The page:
the definition of a well order is that if $R$ is a linear (order) and every non-empty subset of $A$ has a least element. I understand that

$(\mathbb N,\le)$ is a well-order but how come

$(I,\le)$ with subset of negative integers is not a well-order?


Can you come up with a set of negative integers that does not have a least element?

  • $\begingroup$ This is exactly the part where it gets me. I don't really completely understand the "a least element" segment For example, -2 is less than -1 and so on $\endgroup$ – Aaron Nov 1 '12 at 5:38
  • $\begingroup$ With the positive integers, I could take any subset and find a least element. For example, if I take the set of all even positive integers, there is a least element: $2$. What if you take the set of all even negative integers? Is there a least one? (What if you take the whole set of negative integers; is there a least negative integer?) $\endgroup$ – Benjamin Dickman Nov 1 '12 at 5:40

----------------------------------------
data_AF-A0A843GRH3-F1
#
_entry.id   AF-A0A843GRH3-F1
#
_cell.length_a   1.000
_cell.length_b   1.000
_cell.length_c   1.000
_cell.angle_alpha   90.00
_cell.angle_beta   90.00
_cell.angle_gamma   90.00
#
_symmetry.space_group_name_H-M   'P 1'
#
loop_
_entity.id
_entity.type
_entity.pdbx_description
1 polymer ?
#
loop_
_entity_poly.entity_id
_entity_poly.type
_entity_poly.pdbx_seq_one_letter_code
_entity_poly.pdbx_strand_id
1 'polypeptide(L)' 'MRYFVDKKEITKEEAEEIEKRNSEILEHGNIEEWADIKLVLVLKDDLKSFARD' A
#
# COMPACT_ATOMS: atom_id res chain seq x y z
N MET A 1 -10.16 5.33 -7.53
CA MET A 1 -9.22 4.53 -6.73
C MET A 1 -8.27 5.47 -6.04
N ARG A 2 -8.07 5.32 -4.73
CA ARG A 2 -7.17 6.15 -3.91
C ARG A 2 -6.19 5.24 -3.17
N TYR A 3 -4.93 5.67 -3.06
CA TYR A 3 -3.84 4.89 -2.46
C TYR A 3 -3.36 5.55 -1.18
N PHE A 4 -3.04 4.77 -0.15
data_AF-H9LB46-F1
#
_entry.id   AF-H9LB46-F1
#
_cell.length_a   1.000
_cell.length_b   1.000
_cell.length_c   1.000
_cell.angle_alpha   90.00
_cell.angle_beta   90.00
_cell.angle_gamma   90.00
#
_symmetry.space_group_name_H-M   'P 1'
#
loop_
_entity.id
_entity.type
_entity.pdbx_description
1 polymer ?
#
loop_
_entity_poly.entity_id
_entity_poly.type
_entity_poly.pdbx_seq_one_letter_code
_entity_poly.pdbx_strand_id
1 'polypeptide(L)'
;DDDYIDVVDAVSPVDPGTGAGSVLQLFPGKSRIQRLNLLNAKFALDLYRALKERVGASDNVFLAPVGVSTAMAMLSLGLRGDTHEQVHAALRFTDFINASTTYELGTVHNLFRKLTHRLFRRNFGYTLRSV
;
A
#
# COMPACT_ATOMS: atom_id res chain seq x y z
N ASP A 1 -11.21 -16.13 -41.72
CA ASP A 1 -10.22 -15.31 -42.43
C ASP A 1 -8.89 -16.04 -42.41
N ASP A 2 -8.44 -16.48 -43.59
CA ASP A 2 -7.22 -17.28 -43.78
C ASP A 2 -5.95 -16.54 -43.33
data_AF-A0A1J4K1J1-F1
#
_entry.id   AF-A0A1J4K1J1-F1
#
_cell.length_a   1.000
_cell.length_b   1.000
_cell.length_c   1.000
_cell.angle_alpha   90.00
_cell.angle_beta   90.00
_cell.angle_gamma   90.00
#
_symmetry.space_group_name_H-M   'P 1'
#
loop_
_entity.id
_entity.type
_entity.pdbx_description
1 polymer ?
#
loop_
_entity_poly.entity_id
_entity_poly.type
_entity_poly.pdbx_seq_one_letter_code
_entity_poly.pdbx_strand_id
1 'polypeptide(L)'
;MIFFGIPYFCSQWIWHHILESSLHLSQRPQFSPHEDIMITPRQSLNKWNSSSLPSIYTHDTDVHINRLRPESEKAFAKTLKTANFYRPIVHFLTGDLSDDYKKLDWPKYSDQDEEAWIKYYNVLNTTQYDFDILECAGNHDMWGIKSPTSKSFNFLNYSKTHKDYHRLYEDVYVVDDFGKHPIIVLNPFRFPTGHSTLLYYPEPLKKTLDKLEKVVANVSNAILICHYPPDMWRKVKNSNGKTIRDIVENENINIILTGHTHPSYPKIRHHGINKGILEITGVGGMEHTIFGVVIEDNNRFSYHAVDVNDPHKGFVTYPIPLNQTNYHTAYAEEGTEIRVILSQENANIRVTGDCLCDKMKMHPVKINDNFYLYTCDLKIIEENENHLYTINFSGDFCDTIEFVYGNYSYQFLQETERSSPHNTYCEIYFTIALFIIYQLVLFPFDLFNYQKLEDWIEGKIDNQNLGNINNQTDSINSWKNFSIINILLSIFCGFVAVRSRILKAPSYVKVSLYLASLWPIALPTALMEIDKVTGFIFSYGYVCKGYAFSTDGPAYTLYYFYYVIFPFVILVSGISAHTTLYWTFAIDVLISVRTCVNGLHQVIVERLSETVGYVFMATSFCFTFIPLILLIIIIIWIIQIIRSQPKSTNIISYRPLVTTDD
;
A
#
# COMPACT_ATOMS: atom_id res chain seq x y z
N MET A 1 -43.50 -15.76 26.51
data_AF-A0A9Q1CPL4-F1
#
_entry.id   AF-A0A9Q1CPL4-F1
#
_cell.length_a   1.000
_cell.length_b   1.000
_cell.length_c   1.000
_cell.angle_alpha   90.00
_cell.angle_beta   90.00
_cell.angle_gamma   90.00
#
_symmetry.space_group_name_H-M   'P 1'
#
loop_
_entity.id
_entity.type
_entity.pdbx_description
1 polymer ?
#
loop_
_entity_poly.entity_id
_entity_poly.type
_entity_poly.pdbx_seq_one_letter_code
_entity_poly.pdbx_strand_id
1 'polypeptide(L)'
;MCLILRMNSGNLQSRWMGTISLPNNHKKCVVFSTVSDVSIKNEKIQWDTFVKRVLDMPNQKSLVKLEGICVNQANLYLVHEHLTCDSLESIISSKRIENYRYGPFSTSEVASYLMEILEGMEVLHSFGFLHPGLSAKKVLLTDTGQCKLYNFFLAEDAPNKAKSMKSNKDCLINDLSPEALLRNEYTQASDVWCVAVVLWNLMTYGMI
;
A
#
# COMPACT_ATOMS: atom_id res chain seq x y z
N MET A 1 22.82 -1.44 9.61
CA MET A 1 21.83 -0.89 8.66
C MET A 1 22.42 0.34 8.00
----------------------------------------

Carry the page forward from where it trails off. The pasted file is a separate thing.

• $\begingroup$ There is infinite, well I should not say Infinite, more like None. Okay, It makes sense now. Do I have the right concept? Makes more sense if i say "arbitrary" $\endgroup$ – Aaron Nov 1 '12 at 5:43
  • $\begingroup$ The question is: given any set of negative integers, will it necessarily be true that you can find a least element? The answer is no. You could ask similar questions about whether an arbitrary set of positive integers needs to have a greatest element (the answer is no -- an exercise left to you!). $\endgroup$ – Benjamin Dickman Nov 1 '12 at 5:52

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